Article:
UPDATE (May 31): DuckDuckGo says LinkedIn and Bing tracking applies to some, but not all trackers. The company is “doing a lot to block MSFT tracking”, that includes blocking third party cookies. DuckDuckGo wants everyone to know that “only one part of multiple privacy protections we offer is impacted by the agreement”.
It is also noted that the agreement is a search syndication contract and this is a requirement within that contract, not a separate partnership as initially reported. The company’s founder and CEO said the following: “I understand this is all rather confusing because it is a search syndication contract that is preventing us from doing a non-search thing. That’s because our product is a bundle of multiple privacy protections, and this is a distribution requirement imposed on us as part of the search syndication agreement that helps us privately use some Bing results to provide you with better private search results overall”.
DuckDuckGo emphasizes that this has no bearing on search results and that search is fully anonymous. This agreement essentially applies to the browser, and not the search engine itself, that’s an important distinction.
If you’d like to read the company founder’s full statement on Reddit, click here.
ORIGINAL ARTICLE (May 30): DuckDuckGo, known for its privacy-focused features, reportedly allowed Microsoft to bypass the user tracking blockade, Androidpolice reports.
When it comes to selecting a privacy-focused browser or search engine, DuckDuckGo is always at the forefront. The app is known for its privacy-driven features and for blocking some Big Tech companies like Facebook and Google from tracking users. But the company has secretly formed a partnership with Microsoft to allow LinkedIn and Bing to track users for advertising purposes.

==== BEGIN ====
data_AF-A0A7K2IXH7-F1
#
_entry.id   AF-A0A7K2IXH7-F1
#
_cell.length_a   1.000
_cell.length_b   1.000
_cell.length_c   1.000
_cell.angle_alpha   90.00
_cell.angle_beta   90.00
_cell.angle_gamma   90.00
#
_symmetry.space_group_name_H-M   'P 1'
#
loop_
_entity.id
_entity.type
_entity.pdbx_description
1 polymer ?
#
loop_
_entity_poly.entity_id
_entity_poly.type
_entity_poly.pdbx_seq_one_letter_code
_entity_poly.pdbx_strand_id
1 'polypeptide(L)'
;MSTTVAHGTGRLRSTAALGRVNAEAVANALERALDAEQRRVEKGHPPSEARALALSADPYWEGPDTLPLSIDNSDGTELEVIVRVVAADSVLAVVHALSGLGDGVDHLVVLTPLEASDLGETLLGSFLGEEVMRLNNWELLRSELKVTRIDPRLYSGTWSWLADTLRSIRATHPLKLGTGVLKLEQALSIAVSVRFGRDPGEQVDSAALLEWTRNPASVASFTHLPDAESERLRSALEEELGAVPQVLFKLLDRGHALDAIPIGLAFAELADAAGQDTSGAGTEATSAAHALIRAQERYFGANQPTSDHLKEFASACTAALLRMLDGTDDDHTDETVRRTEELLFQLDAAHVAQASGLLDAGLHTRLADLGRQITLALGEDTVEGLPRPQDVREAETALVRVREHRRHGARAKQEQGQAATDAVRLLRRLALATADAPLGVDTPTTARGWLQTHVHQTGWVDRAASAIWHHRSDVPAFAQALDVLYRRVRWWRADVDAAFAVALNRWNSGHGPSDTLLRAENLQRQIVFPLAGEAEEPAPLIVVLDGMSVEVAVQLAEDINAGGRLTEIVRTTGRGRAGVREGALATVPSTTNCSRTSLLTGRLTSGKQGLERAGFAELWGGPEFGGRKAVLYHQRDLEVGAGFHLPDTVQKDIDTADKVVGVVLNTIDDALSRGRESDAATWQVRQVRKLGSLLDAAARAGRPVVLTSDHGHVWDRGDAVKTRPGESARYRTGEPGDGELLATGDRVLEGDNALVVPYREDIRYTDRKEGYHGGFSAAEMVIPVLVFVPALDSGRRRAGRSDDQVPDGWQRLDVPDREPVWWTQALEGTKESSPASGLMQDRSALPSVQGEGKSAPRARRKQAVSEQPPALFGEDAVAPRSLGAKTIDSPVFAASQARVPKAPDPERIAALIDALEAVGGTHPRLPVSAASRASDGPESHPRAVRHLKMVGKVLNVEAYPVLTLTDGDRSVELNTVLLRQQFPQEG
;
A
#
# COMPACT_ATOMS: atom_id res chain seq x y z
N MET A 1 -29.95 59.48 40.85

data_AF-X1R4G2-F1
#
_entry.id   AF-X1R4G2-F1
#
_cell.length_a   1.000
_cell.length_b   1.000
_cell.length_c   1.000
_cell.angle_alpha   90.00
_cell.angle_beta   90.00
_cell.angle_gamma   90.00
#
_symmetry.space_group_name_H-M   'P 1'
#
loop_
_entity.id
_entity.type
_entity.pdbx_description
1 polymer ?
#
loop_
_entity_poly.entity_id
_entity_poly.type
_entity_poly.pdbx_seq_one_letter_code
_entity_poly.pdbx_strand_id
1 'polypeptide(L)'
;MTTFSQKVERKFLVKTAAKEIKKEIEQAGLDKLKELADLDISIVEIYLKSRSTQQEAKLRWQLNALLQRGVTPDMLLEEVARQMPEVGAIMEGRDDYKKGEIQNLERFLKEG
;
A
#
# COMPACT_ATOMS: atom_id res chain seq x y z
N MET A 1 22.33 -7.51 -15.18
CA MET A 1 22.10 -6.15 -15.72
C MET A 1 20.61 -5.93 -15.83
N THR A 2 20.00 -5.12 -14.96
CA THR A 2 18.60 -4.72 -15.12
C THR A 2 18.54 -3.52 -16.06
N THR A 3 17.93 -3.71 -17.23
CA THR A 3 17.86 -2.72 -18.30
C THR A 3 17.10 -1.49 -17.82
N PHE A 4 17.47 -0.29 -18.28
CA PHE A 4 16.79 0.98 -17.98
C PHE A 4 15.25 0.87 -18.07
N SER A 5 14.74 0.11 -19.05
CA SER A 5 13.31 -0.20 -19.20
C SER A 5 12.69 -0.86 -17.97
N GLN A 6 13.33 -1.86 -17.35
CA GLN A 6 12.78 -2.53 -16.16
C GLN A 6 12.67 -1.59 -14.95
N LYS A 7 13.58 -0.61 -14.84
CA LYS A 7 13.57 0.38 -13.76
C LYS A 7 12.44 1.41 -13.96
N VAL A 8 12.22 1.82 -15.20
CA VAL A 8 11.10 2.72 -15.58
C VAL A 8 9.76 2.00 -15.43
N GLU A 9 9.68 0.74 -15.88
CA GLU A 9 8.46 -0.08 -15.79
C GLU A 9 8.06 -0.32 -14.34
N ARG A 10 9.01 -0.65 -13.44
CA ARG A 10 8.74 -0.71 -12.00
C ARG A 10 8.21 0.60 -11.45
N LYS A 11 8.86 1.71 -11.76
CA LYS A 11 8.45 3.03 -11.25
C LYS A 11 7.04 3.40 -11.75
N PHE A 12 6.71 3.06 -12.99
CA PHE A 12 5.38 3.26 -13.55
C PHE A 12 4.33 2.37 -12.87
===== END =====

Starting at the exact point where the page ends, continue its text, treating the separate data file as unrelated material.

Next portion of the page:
This act is totally against DuckDuckGo’s policy and selling point. According to Bleeping Computer, privacy researcher Zach Edward has found this agreement between DuckDuckGo and Microsoft. Of course, DuckDuckGo didn’t try to deny the news, and the company’s CEO and founder Gabriel Weinberg confirmed they have an agreement with Microsoft for permissible ad tracking. He said they’re doing so on purpose.
DuckDuckGo allows Microsoft to track users on LinkedIn and Bing
Weinberg says allowing Microsoft to track users on DuckDuckGo results from a search syndication agreement between companies. DuckDuckGo allows Microsoft to track users, and then Microsoft will enable DuckDuckGo to use Bing results. A two-way street, but contrary to the values that DuckDuckGo stands for. As per Weinberg talks, the contract only affects the browser, not the search engine itself. Also, he said they tried to remove this stipulation from the agreement.
The DuckDuckGo CEO provided a statement to Bleeping Computer to address the concerns regarding the partnership with Microsoft. Weinberg says they never promised 100 percent anonymity when browsing, and their browser still provides better protection compared to rivals.
“We have always been extremely careful to never promise anonymity when browsing, because that frankly isn’t possible given how quickly trackers change how they work to evade protections and the tools we currently offer.” Weinberg noted.
DuckDuckGo always claims it stands for privacy and blocks Big Tech from tracing users. But signing an agreement with Microsoft and allowing it to track users is not what privacy fans like to see. Maybe the company should use this chance and clarify its privacy agreements with other companies.